History and traditions of the School
One of the things which Boston Grammar School is most valued for is its history and values based on traditions. There is a great deal of interest from the local community in the school’s history. The school was given a Royal Charter in 1555 and it has stood on its current site since 1568. In the 1980s 'Floreat Bostona' was written by G.S.Bagley and published by the OBA. This book examines the History of the town of Boston and places emphasis on Boston Grammar School.
Much of the information which features on this page is based on the work of Bagley and also from the members of the Old Boys Association who have worked tenaciously to undertake research on Boston Grammar School.
It is believed that Boston had a school in the 14th century, though Boston Grammar School, as it stands today, dates back to the sixteenth century. Indeed, there are significant links between the school and the Tudor period. Our students are aware of this due to their History lessons, but also the school's many traditions and celebrations.
Our current school owes its origins to the breach between Henry VIII and the Papacy. As Bagley argues, “Fortunately for the friaries and guilds of Boston, the town was incorporated as a free borough in 1545, which enabled Boston to preserve its school and almshouses. This was, at least, until Henry's death. On the accession of Edward VI, guild lands passed to William Parr, now Lord Chamberlain and Marquess of Northampton. The existing schoolhouse was lost. However, Northampton made the mistake of trying to install his daughter-in-law, Lady Jane Grey, on the throne, instead of Mary Tudor, Henry VIII's daughter. As History lessons tell us, Mary triumphed, and Northampton ended up in the Tower on high treason charges. His land was forfeit to the Crown. In 1554, those lands were conveyed to the Mayor of Boston for the foundation of a grammar school in the town by Philip and Mary….and here we are! The school Library proudly carries an image of Philip and Mary in stained glass.
The initial school existed on Wormgate In Boston but the school only stayed in that location for twelve years. The building of a 'new' schoolhouse – now the Library around which our modern school thrives – took place between 1567 and 1568. From those small beginnings a mighty learning institution grew!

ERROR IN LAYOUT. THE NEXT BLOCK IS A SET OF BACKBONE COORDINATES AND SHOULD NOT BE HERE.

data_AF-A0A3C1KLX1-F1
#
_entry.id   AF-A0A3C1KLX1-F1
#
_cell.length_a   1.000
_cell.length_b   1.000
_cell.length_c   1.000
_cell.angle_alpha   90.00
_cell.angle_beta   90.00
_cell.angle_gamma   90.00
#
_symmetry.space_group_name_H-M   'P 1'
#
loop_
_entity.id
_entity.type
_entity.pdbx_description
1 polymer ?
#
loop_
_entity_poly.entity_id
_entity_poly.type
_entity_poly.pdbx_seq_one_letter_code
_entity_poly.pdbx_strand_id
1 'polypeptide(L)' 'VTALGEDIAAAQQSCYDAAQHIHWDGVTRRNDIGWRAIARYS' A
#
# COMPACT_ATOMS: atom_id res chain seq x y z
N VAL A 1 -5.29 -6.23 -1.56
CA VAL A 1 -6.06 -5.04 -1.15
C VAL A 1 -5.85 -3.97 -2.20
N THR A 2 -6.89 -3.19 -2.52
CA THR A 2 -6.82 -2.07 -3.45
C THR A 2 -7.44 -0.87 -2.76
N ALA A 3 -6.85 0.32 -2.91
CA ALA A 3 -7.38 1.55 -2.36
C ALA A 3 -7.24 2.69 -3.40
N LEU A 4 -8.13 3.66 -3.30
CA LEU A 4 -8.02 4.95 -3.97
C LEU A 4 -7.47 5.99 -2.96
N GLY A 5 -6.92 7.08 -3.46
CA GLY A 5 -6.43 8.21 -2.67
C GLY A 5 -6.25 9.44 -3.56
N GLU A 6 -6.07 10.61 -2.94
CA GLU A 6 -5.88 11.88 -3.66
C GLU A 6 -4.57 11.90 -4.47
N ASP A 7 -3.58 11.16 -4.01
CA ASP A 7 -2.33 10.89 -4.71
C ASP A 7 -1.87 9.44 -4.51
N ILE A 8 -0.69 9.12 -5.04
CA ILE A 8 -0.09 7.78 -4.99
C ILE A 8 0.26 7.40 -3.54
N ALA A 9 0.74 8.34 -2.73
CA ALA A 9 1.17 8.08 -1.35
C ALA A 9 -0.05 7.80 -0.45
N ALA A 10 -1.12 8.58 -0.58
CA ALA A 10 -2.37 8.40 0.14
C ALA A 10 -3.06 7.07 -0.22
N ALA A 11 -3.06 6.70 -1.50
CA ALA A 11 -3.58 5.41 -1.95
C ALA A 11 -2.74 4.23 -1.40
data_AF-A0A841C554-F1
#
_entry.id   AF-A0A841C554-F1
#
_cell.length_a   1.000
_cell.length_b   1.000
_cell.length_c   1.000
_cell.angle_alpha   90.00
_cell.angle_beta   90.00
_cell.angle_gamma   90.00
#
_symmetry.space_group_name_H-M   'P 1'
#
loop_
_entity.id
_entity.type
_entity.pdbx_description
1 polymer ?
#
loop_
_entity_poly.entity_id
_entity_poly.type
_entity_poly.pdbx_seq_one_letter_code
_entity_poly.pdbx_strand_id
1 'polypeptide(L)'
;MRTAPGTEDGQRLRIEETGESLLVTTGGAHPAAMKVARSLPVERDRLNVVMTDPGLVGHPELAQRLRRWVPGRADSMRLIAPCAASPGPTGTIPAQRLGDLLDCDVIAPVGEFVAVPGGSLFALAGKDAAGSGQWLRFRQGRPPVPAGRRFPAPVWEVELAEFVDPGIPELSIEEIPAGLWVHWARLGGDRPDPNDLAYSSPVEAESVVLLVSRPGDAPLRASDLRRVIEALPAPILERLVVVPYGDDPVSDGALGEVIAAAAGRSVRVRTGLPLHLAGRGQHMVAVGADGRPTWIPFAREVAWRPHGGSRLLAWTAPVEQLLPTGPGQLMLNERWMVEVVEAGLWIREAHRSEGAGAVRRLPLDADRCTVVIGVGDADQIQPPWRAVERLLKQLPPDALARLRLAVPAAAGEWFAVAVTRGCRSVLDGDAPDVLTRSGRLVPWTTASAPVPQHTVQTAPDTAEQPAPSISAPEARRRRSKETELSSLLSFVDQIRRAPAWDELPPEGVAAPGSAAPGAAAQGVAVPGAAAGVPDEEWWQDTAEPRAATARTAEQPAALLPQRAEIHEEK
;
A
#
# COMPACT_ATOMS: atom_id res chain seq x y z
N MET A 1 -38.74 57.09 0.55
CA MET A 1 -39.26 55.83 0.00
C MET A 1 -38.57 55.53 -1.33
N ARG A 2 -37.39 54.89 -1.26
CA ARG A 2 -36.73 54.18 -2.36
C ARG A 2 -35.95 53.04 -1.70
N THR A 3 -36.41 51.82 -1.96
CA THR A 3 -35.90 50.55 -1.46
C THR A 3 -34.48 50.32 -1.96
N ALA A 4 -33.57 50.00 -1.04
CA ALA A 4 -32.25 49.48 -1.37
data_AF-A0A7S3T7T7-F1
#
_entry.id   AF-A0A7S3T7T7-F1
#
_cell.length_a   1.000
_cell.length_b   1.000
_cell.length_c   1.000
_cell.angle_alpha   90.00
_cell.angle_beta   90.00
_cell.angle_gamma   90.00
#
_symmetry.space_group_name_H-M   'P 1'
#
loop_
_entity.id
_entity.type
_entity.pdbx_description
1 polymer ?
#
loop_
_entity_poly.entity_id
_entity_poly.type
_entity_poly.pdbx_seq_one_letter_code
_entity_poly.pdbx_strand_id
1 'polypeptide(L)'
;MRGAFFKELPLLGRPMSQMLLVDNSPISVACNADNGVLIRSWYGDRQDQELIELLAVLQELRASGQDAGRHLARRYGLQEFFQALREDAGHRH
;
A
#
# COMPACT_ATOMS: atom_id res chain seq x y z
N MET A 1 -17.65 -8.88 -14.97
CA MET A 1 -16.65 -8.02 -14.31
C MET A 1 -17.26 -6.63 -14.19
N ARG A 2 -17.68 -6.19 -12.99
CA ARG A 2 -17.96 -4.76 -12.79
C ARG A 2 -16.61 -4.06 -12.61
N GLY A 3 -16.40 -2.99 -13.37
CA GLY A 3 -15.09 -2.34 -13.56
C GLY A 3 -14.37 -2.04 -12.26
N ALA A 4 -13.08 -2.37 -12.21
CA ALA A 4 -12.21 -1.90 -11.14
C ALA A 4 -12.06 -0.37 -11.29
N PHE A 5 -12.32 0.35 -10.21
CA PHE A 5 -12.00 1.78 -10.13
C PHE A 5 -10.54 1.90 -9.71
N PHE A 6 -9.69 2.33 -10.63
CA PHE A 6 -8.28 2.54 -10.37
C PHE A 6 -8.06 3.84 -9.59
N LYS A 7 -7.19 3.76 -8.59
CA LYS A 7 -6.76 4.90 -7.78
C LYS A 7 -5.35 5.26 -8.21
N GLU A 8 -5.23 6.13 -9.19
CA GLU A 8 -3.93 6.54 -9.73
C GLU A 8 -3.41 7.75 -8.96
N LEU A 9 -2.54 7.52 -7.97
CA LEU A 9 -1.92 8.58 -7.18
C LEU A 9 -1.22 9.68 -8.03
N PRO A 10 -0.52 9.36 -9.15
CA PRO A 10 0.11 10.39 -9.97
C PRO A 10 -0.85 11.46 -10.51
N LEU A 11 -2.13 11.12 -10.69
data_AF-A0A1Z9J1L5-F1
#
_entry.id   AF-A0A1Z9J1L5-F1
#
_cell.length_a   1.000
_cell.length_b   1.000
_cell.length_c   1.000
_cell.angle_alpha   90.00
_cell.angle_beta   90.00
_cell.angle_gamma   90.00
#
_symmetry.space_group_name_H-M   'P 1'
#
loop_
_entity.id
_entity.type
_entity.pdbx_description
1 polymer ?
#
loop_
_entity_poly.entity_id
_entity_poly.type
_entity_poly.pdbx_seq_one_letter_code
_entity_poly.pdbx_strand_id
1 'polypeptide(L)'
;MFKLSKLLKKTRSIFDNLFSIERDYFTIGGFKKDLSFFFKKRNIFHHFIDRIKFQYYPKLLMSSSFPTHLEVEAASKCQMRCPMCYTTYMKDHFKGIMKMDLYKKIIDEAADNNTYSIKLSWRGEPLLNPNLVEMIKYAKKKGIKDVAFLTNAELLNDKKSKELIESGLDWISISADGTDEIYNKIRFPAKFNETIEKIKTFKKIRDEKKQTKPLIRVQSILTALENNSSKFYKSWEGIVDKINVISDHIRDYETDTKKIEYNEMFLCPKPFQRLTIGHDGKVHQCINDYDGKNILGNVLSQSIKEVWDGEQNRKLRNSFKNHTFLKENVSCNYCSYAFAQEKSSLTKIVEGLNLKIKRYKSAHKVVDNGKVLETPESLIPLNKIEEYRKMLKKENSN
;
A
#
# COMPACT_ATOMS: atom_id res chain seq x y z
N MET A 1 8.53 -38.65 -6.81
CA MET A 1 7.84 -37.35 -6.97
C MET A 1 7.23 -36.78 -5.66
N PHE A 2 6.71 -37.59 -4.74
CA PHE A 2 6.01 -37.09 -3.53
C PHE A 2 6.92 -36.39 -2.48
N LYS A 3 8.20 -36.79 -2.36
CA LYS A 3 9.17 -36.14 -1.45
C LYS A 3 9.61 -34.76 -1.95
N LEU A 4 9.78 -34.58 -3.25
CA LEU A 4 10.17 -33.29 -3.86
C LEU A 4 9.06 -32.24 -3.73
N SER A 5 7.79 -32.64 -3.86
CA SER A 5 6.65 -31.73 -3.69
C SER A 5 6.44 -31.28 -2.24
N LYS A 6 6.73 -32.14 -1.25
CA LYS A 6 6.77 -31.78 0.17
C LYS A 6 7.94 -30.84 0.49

By the seventeenth century, the majority of Headmasters were Cambridge graduates, stemming particularly from Emmanuel College, where Puritanism was the order of the day. Despite a swing to Oxford graduates under the reign of the restored Charles II, Cambridge provided the majority of 'ushers' for the school. At times, the majority of BGS teachers came from Boston's surrounding villages and others much further afield, and boarding was common right up until just after World War I. There is no doubt that BGS has a fascinating history, having watched nearly five centuries of history play out around it, while retaining a central place in the social and cultural history of the town.
Philip and Mary’s 1554 Charter explained their desire for Boston to have “good Education of the Youth and Children.” In the reception area of the school, you will, see a replica of our Charter, in Latin. It is really a set of letters patent from Philip and Mary, bequeathing land for “the finding, maintaining and establishing, for ever, a Free Grammar school in Boston, and a fit master to teach, instruct and serve in the said School for the Education and Instruction of Boys and Youth in Grammar….".
We commemorate this event every Autumn with a celebration of the granting of the school charter. As indicated above, it was really the royal seal of approval from Philip and Mary in 1555 that bequeathed the land on which we stand to Boston and guaranteed the existence of a grammar school through royal letters patent confirming the “finding, maintaining and establishing, for ever, a free Grammar School, in Boston aforesaid……for the education and instruction of boys and youth”.